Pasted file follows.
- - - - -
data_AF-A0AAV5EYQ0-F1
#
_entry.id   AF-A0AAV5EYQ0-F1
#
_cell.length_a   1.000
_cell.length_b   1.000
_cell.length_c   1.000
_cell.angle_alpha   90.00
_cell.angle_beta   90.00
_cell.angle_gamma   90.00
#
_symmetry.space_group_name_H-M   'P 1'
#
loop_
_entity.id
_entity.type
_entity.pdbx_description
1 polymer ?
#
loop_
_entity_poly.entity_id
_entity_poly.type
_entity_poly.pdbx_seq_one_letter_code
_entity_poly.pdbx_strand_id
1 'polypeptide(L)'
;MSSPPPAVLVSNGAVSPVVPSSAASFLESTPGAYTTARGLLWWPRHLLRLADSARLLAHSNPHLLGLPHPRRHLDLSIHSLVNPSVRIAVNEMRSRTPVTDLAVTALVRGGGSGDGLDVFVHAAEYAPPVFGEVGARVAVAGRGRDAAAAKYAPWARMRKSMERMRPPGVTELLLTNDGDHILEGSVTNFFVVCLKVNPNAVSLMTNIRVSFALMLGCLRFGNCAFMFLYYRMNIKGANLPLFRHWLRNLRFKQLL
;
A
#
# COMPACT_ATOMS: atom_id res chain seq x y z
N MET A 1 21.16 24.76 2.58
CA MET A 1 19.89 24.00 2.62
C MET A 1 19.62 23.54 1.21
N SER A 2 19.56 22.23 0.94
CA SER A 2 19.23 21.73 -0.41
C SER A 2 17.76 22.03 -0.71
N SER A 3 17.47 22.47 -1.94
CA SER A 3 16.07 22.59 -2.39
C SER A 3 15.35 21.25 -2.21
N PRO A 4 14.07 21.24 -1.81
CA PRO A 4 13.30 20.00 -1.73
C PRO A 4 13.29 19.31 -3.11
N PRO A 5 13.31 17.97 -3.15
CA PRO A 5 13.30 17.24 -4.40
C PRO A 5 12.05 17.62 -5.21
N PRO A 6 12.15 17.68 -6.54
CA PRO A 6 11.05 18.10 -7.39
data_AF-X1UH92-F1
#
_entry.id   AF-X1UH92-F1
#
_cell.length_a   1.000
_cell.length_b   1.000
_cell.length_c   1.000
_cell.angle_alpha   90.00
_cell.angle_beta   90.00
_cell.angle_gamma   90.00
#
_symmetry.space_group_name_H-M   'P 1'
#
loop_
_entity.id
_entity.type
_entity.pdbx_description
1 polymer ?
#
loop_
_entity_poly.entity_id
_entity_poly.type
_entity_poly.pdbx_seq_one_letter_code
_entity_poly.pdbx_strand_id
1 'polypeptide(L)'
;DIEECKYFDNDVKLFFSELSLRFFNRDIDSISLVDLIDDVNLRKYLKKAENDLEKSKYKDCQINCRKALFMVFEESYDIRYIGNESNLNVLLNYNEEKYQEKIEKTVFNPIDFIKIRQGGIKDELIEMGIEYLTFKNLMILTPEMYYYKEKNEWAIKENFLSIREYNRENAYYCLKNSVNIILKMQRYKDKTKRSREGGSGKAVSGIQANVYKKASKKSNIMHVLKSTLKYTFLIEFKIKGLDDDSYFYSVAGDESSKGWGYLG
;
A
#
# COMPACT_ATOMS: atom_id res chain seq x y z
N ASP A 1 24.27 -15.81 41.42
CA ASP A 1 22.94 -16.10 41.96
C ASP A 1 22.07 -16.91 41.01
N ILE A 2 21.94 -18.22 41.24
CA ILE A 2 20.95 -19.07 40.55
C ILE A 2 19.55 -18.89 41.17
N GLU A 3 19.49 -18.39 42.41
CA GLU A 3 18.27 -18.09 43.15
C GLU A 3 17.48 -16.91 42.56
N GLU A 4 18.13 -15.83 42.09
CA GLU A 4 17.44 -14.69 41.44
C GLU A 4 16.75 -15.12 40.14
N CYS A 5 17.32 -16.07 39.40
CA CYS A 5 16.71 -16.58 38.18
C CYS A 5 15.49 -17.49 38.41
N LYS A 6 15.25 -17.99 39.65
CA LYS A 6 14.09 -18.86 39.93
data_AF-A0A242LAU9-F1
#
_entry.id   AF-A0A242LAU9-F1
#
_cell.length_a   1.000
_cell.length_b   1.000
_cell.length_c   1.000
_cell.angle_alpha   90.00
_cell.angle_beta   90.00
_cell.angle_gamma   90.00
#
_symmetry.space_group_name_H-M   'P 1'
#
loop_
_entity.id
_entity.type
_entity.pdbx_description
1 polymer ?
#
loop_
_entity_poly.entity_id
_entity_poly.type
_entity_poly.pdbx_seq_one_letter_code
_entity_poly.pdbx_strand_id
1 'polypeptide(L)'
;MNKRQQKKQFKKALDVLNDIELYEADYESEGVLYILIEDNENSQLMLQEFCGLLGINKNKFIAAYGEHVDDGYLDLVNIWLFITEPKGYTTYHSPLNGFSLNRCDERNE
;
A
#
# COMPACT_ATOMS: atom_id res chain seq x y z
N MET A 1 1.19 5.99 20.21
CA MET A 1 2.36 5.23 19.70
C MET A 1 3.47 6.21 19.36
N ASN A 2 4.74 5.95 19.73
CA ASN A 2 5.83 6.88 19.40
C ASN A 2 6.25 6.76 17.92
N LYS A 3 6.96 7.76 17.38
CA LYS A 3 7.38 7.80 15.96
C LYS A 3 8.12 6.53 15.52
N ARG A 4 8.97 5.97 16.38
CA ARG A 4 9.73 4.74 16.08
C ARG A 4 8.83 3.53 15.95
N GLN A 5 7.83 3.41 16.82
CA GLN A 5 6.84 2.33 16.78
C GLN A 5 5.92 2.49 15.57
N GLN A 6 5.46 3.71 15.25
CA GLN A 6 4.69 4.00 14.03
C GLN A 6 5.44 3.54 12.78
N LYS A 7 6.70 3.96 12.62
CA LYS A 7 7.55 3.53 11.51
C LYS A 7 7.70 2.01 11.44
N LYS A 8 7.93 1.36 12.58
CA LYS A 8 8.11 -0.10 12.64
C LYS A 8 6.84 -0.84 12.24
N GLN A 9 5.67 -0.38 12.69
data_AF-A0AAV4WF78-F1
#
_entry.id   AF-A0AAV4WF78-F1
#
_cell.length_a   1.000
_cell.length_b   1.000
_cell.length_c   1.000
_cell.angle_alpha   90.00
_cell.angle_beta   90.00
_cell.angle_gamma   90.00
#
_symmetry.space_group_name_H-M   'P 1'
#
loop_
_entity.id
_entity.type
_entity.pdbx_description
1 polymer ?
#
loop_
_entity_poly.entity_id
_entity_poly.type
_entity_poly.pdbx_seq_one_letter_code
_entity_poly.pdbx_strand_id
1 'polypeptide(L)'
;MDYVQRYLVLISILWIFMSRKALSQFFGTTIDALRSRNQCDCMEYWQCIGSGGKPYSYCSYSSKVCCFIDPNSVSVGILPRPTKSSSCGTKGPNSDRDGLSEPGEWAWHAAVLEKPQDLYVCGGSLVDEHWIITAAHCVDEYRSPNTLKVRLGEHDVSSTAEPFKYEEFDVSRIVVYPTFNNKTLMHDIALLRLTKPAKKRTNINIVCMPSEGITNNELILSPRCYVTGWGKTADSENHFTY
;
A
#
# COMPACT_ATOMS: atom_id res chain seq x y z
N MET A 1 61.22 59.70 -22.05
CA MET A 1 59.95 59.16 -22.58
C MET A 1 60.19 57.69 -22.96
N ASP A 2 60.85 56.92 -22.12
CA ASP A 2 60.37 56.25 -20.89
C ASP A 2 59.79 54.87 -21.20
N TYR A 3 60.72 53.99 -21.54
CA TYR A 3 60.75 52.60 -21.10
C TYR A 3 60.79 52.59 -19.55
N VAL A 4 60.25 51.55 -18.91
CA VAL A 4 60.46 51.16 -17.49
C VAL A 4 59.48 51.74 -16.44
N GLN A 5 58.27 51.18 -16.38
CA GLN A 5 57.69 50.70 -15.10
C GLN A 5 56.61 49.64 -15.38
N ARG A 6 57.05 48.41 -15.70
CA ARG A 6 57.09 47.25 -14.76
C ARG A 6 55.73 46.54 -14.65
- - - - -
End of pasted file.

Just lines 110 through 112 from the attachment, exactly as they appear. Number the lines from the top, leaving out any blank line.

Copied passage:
_entity.type
_entity.pdbx_description
1 polymer ?